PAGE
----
Two WeBS counters who were stupid enough to go out on Sunday found themselves lashed by Storm Ciara at a nature reserve in Druridge Bay, Northumberland.
Actually , it wasn't that bad...
Okay it was a bit blowy, especially counting hundreds of ducks with precious-little shelter provided by the Budge screen.
I started counting the grazing wigeon which were the most numerous duck, I got to 294 when they shot up in the air - a reaction to a creamy-crowned marsh harrier headed their way. All of the waterfowl had relocated to the middle of the widest part of the pool. Back to counting 1,2,3.... 348 - not a bad count for Druridge but nearly one hundred less than last months count.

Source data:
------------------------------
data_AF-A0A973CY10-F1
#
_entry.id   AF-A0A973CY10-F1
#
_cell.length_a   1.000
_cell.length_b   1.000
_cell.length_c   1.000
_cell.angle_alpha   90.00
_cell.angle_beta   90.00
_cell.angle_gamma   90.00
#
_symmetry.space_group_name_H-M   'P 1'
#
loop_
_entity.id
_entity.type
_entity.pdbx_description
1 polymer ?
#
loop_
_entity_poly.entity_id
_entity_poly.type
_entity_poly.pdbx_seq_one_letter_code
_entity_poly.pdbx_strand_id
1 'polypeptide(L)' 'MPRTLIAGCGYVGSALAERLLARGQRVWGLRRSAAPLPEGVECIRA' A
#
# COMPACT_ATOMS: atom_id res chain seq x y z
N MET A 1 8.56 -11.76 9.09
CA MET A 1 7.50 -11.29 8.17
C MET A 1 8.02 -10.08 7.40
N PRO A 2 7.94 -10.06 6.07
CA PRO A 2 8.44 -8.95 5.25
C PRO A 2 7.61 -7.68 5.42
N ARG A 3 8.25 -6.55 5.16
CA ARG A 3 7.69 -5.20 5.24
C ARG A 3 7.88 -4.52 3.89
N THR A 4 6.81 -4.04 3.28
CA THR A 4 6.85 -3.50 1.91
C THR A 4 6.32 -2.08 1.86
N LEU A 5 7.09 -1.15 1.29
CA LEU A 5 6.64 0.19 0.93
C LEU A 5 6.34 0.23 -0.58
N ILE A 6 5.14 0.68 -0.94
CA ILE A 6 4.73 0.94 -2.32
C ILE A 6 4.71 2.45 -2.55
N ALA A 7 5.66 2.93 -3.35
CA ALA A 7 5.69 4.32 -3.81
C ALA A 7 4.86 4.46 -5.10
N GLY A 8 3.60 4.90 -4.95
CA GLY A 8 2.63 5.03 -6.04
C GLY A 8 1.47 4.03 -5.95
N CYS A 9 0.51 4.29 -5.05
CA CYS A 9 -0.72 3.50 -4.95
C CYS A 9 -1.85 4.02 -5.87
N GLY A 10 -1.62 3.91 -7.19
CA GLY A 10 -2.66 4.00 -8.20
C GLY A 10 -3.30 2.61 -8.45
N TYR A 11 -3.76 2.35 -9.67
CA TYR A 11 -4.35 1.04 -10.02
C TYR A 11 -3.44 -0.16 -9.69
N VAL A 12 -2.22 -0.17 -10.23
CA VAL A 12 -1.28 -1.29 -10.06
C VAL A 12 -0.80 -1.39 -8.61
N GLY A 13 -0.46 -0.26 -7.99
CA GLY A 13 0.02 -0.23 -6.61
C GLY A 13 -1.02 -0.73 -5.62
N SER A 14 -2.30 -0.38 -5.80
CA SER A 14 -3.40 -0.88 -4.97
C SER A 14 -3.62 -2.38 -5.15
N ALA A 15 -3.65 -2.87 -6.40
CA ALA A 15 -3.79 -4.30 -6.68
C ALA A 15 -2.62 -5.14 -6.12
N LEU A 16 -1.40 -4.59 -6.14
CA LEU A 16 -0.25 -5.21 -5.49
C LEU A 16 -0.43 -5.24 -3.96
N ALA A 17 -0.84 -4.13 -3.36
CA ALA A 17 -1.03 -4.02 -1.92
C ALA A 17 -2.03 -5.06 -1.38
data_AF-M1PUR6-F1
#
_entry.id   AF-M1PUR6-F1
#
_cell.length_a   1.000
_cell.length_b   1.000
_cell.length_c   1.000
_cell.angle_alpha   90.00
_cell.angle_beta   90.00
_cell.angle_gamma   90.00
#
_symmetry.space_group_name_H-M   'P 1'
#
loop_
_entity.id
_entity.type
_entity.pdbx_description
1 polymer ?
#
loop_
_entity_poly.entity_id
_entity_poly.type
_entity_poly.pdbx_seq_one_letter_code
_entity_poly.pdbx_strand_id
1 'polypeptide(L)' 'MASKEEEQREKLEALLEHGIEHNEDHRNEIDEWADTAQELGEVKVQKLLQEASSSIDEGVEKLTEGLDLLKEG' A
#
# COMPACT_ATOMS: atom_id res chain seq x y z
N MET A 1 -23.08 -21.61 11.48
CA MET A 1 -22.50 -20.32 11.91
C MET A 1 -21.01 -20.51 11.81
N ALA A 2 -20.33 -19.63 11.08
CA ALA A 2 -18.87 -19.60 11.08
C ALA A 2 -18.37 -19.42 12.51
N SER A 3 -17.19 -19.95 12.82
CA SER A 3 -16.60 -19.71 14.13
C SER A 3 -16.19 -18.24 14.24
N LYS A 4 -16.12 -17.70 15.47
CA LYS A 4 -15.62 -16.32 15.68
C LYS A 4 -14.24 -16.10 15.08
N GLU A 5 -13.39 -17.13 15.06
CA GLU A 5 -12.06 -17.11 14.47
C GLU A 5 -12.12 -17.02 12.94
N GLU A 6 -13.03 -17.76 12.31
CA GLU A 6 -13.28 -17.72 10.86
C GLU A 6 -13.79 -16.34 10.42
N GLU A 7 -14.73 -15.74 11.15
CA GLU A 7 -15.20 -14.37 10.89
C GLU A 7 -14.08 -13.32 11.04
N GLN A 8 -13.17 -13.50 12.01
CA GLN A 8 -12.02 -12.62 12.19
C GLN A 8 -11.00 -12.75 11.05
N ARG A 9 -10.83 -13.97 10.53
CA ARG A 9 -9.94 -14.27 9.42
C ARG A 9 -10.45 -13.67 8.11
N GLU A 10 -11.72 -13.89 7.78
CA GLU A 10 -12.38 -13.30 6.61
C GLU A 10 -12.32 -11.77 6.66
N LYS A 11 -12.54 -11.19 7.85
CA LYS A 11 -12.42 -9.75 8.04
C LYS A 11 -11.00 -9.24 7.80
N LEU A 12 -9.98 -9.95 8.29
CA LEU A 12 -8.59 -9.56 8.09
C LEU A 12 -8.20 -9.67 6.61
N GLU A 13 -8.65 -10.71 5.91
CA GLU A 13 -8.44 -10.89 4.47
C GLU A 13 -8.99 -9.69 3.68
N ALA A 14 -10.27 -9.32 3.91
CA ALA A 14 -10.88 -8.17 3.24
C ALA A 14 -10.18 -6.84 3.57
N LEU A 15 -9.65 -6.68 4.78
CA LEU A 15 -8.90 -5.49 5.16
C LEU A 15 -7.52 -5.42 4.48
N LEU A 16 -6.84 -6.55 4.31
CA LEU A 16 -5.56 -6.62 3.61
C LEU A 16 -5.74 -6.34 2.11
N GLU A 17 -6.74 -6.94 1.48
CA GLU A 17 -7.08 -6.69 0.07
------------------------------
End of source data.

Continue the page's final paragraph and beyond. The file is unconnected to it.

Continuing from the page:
A second marsh harrier came through - this time an adult male.
Other notable counts included 13 grey heron which were seeking shelter behind the trees, nest-building on hold until the storm died down (whenever that will be), 42 shoveler, 168 teal and 57 curlew. Other notable waders included singles of black-tailed godwit, ruff and dunlin.
A third marsh harrier came through - this time a sub-adult male.
Off to the Oddie hide. There were waves on the big pool and all of the birdlife was seeking shelter at the western end. In the field north of the coal haul road, there was a group of whooper swans, obscured by the hedge, they would require a closer look from the turning circle.
I estimated 44 whooper swans, they were difficult to count as they were also hunkered down out of the wind. They were loosely associated with a flock of 140 Canada geese and 60 pinks.
On our way home we stopped to scan a flock of pinks - over 400 - in the front field and picked up 4 Eurasian white-fronted geese at the back of the flock. There seems to be a few more white-fronts in the county this week.
Full list on eBird
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